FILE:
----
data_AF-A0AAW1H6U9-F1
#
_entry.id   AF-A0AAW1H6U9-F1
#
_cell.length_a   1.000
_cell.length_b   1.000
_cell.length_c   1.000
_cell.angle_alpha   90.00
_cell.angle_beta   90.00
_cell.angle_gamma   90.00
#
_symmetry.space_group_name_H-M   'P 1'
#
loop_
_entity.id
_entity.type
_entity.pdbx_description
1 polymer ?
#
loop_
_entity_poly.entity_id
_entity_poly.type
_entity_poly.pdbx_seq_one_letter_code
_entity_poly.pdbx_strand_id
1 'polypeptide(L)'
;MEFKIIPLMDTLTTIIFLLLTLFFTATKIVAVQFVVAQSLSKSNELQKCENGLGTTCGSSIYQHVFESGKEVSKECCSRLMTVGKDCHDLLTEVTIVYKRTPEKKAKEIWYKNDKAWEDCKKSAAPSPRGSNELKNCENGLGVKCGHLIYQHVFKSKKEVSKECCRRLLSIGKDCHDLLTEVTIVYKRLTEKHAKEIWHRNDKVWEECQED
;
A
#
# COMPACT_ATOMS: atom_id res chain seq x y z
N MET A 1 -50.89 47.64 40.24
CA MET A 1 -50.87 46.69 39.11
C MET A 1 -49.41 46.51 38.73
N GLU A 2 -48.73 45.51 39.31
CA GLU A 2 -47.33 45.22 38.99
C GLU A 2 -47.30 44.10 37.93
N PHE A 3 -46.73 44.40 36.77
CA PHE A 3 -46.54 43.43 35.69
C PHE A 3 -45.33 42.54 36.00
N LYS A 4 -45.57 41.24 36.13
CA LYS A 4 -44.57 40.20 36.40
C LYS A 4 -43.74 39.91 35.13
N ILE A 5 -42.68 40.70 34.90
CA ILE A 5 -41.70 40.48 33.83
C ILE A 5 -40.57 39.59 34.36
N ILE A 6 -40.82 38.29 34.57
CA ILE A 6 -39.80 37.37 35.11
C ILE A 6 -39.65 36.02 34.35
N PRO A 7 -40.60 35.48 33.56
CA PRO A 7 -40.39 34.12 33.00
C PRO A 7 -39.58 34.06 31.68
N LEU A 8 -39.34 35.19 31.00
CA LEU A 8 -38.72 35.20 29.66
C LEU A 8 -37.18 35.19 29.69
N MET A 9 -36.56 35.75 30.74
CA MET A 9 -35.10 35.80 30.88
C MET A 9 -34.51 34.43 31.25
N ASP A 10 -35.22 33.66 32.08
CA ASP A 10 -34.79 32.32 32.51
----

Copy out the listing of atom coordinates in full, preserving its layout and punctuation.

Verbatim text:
data_AF-A0AAW1H6U9-F1
#
_entry.id   AF-A0AAW1H6U9-F1
#
_cell.length_a   1.000
_cell.length_b   1.000
_cell.length_c   1.000
_cell.angle_alpha   90.00
_cell.angle_beta   90.00
_cell.angle_gamma   90.00
#
_symmetry.space_group_name_H-M   'P 1'
#
loop_
_entity.id
_entity.type
_entity.pdbx_description
1 polymer ?
#
loop_
_entity_poly.entity_id
_entity_poly.type
_entity_poly.pdbx_seq_one_letter_code
_entity_poly.pdbx_strand_id
1 'polypeptide(L)'
;MEFKIIPLMDTLTTIIFLLLTLFFTATKIVAVQFVVAQSLSKSNELQKCENGLGTTCGSSIYQHVFESGKEVSKECCSRLMTVGKDCHDLLTEVTIVYKRTPEKKAKEIWYKNDKAWEDCKKSAAPSPRGSNELKNCENGLGVKCGHLIYQHVFKSKKEVSKECCRRLLSIGKDCHDLLTEVTIVYKRLTEKHAKEIWHRNDKVWEECQED
;
A
#
# COMPACT_ATOMS: atom_id res chain seq x y z
N MET A 1 -50.89 47.64 40.24
CA MET A 1 -50.87 46.69 39.11
C MET A 1 -49.41 46.51 38.73
N GLU A 2 -48.73 45.51 39.31
CA GLU A 2 -47.33 45.22 38.99
C GLU A 2 -47.30 44.10 37.93
N PHE A 3 -46.73 44.40 36.77
CA PHE A 3 -46.54 43.43 35.69
C PHE A 3 -45.33 42.54 36.00
N LYS A 4 -45.57 41.24 36.13
CA LYS A 4 -44.57 40.20 36.40
C LYS A 4 -43.74 39.91 35.13
N ILE A 5 -42.68 40.70 34.90
CA ILE A 5 -41.70 40.48 33.83
C ILE A 5 -40.57 39.59 34.36
N ILE A 6 -40.82 38.29 34.57
CA ILE A 6 -39.80 37.37 35.11
C ILE A 6 -39.65 36.02 34.35
N PRO A 7 -40.60 35.48 33.56
CA PRO A 7 -40.39 34.12 33.00
C PRO A 7 -39.58 34.06 31.68
N LEU A 8 -39.34 35.19 31.00
CA LEU A 8 -38.72 35.20 29.66
C LEU A 8 -37.18 35.19 29.69
N MET A 9 -36.56 35.75 30.74
CA MET A 9 -35.10 35.80 30.88
C MET A 9 -34.51 34.43 31.25
N ASP A 10 -35.22 33.66 32.08
CA ASP A 10 -34.79 32.32 32.51